By Laine Welch
March 25, 2006
Designed to impress decision makers working on next year's budget that the Alaska Dept. of Fish and Game is a state "profit center," Commissioner McKie Campbell is personally showing off a colorful 150 page power point report to anyone who will watch. The message reveals contributions made to the state's general fund by commercial fishing, sport fishing, hunting, subsistence and other divisions under the ADF&G umbrella.
Earlier this month, Rep. Jim
Holm (R-Fairbanks) rejected more than $6 million of a $10 million
budget increase for ADF&G in the Governor's FY 07 budget
proposal, including $1.4 million from commercial fishing spending.
The Porsche-powered prototype race car emblazoned with Wild Alaska salmon is featured again at the Grand Prix of Miami on March 28. Co-sponsored by Emory Motor sports and 10th & M Seafoods of Anchorage, the car most recently finished third at the 24 Hours at Daytona race. Along with promoting wild salmon, the racing effort is also a fund raising and awareness campaign for the Limbs for Life Foundation, which provides prosthetics to those who could not otherwise afford it.
PHOTO CREDIT: Chris Greenwood - Emory Motorsports
Sport fishing license sales earned $14.8 million for the state last year, including over 187,000 to residents and 324,000 to visitors. According to data from the American Sport Fishing Association, anglers spent $640 million in Alaska in 2003; and generated 12,065 jobs that paid $259 million in wages for a cumulative impact over $1 billion that year. Alaska's combined fish and game subsistence harvest each year totals 53 million pounds, and would be worth $260 - $520 million in replacement value.
Resident hunters far outnumbered those from outside Alaska (119,000 to 14,700), according to 2004 license sales, which generated $3 million to state coffers. Campbell's report also revealed data from the Division of Wildlife Conservation that show wildlife watching is an increasing draw for visitors to Alaska. Last year, one of three visitors (565,000) engaged in wildlife viewing. Tourism generates over 39,000 jobs in the state and represents 5.5% of Alaska's gross state product, Campbell said.
In all, the Alaska economy sees a return of more than $5 billion on the Dept. of Fish and Game's budget, according to Commissioner Campbell. But lawmakers aren't paying much attention. In his weekly publication Laws for the Sea, policy watchdog Bob Tkacz said that only Sen. Con Bunde (R-Anchorage) attended Campbell's briefing last week before the Senate Finance Subcommittee, which Bunde chairs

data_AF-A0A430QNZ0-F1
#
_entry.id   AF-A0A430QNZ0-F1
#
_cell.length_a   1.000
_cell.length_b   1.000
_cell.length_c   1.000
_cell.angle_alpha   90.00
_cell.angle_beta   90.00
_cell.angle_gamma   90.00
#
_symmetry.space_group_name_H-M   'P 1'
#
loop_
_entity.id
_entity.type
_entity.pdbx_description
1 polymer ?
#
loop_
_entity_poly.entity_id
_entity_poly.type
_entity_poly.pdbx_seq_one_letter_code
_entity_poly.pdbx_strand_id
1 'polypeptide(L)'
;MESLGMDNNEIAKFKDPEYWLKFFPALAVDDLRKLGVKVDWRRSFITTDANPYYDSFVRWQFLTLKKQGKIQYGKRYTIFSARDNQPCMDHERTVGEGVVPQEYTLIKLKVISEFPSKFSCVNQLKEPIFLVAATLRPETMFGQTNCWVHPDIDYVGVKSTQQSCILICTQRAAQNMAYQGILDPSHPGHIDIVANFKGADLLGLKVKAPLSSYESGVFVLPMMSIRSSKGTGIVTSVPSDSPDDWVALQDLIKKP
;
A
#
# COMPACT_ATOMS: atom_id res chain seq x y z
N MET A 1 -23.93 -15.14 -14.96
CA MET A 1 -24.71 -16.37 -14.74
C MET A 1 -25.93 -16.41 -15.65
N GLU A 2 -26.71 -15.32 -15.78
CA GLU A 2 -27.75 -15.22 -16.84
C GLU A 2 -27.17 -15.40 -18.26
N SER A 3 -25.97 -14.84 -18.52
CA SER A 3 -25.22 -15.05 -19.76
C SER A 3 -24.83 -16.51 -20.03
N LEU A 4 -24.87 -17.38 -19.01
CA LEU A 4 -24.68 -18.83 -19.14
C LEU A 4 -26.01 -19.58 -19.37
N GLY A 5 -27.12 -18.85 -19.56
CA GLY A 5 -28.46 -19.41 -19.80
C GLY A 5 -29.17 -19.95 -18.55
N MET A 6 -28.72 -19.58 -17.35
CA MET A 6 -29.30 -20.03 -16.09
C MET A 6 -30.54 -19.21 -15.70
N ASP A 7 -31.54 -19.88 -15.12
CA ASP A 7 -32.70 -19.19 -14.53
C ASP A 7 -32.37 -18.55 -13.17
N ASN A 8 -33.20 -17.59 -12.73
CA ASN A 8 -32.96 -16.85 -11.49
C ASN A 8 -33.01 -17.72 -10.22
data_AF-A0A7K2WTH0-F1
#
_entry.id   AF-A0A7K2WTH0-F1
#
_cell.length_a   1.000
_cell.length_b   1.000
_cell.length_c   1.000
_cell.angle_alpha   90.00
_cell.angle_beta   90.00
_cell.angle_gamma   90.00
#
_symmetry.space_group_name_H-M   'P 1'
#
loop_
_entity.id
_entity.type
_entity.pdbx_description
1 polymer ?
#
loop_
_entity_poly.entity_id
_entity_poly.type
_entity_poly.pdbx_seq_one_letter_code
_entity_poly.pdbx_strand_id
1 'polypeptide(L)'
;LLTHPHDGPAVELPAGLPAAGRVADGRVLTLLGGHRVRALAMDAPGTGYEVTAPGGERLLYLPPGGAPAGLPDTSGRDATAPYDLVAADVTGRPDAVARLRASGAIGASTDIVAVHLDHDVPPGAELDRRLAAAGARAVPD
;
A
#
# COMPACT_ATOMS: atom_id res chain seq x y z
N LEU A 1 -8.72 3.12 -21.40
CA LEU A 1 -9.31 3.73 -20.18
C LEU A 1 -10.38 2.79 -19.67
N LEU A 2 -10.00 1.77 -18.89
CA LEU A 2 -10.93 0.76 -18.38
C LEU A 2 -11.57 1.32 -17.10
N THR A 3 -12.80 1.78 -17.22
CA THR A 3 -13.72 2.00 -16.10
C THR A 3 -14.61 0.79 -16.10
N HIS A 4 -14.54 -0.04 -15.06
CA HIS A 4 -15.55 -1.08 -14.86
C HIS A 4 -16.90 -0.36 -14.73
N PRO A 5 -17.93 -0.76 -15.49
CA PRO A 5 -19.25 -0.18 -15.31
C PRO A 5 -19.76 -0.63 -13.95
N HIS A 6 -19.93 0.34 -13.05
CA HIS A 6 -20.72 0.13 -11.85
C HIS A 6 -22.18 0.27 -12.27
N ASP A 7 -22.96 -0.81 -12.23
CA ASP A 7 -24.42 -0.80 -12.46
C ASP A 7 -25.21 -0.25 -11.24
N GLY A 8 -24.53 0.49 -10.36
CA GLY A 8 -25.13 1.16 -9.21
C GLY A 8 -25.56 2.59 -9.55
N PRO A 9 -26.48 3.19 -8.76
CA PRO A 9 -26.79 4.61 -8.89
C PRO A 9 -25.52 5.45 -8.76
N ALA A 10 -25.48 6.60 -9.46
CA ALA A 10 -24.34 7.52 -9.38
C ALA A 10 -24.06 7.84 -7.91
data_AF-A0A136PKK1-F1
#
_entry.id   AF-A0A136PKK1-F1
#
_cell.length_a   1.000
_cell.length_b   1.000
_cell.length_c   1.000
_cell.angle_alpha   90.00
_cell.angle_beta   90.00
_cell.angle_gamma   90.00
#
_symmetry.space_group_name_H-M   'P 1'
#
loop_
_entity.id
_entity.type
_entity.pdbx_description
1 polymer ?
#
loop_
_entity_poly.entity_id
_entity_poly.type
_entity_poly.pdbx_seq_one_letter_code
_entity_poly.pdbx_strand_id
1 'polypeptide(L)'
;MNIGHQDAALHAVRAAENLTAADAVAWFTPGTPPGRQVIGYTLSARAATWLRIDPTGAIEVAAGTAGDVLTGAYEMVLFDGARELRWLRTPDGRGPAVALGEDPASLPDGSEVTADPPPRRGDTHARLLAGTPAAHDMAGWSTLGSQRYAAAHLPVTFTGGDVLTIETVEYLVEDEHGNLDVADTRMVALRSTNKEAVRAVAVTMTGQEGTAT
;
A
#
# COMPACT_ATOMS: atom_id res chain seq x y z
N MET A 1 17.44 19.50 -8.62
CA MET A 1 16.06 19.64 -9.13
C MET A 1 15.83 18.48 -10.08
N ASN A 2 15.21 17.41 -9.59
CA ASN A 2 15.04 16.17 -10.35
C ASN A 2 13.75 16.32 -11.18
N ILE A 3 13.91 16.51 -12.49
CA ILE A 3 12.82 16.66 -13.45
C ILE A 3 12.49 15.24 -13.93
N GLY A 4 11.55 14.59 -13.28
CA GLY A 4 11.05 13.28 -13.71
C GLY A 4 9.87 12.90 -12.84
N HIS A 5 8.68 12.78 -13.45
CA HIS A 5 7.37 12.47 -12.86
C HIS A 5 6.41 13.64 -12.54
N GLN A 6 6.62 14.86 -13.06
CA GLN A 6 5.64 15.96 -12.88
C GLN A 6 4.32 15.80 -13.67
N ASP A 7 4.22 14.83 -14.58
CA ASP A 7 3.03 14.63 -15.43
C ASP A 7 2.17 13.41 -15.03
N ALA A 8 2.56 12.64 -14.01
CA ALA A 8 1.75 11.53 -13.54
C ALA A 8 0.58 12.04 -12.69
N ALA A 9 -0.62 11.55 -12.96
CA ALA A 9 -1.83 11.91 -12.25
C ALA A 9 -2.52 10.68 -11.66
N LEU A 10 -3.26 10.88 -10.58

FEDS SAY STOCKPILE CANNED TUNA - As more countries mobilize to prepare for potential outbreaks of bird flu, U.S. officials are telling Americans to stockpile canned tuna! Intrafish reports that at a conference last week, Mike Leavitt, director of the U.S. Dept. of Health and Human services, said "no one in the world is prepared for a flu pandemic." A pandemic occurs when a new, fast moving flu virus emerges for which people have little or no immunity and there is no vaccine. The flu pandemic of 1918 killed more than 400 million people world wide.
Leavitt told the conference audience, "When you go to the store and buy three cans of tuna, buy a fourth and put it under the bed. After four to six months, you'll have a few of weeks of food." (He also recommended stockpiling powdered milk.)
That endorsement opened the door for the tuna industry to immediately jump on the promotional bandwagon. The Tuna Nutritional Council quickly issued a statement touting tuna's nutritional pluses, including being low in fat and high in omegas.
Clearly, it would have been more politically correct for a government spokesman to include other canned fish in his recommendations. The snub could be especially hurtful to Alaska's canned salmon industry, for which large inventories have kept a downward press on prices in recent years.
World leaders believe bird flu could reach the U.S. this year and many eyes are on breeding grounds in Alaska where migrating birds from Asia are now heading. Health experts estimate about 200,000 Alaskans would become ill if there is a bird flu outbreak. Many believe the virus may be spreading through the common practice of using poultry poop as food in Asian fish farms. Known as "integrated livestock-fish farming", the technique involves transferring the wastes from pigs, ducks or chickens directly to fish farms, with sheds sometimes sited directly over the fish ponds themselves. The nutrients in the manure give an enormous boost to the growth of plankton in the ponds, which are the main food of fish such as farmed tilapia. But along with the growth burst, infected chickens may also be setting up large reservoirs of the flu virus, according to Bird Life International.
On a more positive note, fears surrounding bird flu (and mad cow disease) are boosting seafood sales around the world.
OFFSHORE FISH WATCH - The Senate Commerce Committee's National Ocean Policy Study Subcommittee has announced a hearing on Offshore Aquaculture for Thursday, April 6 at 10am in Washington, D.C. The hearing will examine current proposals to regulate offshore aquaculture operations, discuss research being done off the coasts of New England and Hawaii, and explore the impacts that expanded aquaculture operations would have on fishermen, seafood processors, and consumers. Witnesses have not yet been announced.
A live webcast of this hearing
will be available at
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